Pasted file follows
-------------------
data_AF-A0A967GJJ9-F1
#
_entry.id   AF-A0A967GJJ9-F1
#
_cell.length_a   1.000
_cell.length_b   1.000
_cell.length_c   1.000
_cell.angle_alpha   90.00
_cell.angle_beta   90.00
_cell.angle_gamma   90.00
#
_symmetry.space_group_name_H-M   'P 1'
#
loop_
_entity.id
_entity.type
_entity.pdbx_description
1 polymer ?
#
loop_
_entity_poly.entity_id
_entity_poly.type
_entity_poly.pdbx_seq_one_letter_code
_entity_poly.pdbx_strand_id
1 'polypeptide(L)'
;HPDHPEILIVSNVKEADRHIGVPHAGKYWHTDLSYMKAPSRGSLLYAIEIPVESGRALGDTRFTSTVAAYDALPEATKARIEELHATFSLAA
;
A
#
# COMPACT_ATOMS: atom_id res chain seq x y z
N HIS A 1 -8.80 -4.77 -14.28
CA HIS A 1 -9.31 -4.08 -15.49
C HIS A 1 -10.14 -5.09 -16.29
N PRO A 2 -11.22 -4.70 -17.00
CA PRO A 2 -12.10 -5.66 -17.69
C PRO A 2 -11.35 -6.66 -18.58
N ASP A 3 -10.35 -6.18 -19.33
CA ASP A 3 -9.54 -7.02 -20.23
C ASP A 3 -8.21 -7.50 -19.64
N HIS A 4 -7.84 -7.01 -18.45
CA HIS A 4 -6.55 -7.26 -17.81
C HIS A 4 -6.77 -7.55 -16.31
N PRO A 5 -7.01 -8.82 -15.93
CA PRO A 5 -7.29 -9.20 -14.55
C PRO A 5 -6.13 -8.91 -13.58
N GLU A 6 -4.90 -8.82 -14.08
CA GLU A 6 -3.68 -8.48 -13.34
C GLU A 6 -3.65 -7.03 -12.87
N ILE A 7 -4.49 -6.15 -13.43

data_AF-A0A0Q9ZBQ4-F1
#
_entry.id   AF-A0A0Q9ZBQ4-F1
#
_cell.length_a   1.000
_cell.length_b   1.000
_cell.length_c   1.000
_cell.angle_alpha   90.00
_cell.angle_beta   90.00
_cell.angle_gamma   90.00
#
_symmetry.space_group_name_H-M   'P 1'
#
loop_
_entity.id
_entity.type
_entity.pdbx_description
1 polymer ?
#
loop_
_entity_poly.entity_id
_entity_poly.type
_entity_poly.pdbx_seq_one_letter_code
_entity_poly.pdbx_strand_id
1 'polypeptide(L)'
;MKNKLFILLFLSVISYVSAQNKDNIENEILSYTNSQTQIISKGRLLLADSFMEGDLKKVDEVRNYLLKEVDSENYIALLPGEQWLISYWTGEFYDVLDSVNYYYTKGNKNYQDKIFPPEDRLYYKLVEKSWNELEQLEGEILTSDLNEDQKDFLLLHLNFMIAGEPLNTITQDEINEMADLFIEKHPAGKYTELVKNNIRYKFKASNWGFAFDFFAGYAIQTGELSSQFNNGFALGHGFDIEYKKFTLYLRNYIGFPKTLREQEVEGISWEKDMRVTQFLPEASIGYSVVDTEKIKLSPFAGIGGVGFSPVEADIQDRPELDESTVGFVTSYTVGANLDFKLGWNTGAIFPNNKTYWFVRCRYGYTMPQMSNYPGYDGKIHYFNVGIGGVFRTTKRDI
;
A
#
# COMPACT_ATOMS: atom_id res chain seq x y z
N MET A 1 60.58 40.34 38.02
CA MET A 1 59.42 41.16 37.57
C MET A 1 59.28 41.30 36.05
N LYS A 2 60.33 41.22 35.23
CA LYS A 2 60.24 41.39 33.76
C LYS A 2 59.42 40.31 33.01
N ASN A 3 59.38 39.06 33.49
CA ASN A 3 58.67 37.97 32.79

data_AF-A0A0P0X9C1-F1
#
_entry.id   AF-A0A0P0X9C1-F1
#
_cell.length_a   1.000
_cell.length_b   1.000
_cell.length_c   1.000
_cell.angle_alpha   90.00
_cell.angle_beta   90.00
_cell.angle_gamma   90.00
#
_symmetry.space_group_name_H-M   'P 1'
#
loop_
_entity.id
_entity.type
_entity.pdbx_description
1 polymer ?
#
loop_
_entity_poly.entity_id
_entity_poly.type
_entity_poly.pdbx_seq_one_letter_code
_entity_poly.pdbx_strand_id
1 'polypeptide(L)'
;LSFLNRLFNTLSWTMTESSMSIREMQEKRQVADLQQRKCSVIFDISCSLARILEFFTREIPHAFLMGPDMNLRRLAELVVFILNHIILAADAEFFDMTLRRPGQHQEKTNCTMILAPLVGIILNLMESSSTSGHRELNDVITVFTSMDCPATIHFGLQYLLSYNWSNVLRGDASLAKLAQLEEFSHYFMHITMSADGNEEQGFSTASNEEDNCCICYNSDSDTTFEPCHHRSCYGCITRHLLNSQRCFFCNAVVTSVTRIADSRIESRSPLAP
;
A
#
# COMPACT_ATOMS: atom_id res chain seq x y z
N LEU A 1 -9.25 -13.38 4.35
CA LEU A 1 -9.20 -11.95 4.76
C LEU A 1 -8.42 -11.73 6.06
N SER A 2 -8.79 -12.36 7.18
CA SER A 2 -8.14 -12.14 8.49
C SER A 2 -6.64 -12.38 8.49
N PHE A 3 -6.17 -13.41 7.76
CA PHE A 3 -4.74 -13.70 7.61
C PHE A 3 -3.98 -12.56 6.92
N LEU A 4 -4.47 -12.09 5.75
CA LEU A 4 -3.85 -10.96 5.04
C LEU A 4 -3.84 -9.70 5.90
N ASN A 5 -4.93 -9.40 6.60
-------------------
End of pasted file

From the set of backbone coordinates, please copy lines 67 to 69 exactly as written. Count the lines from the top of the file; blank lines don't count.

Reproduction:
1 polymer ?
#
loop_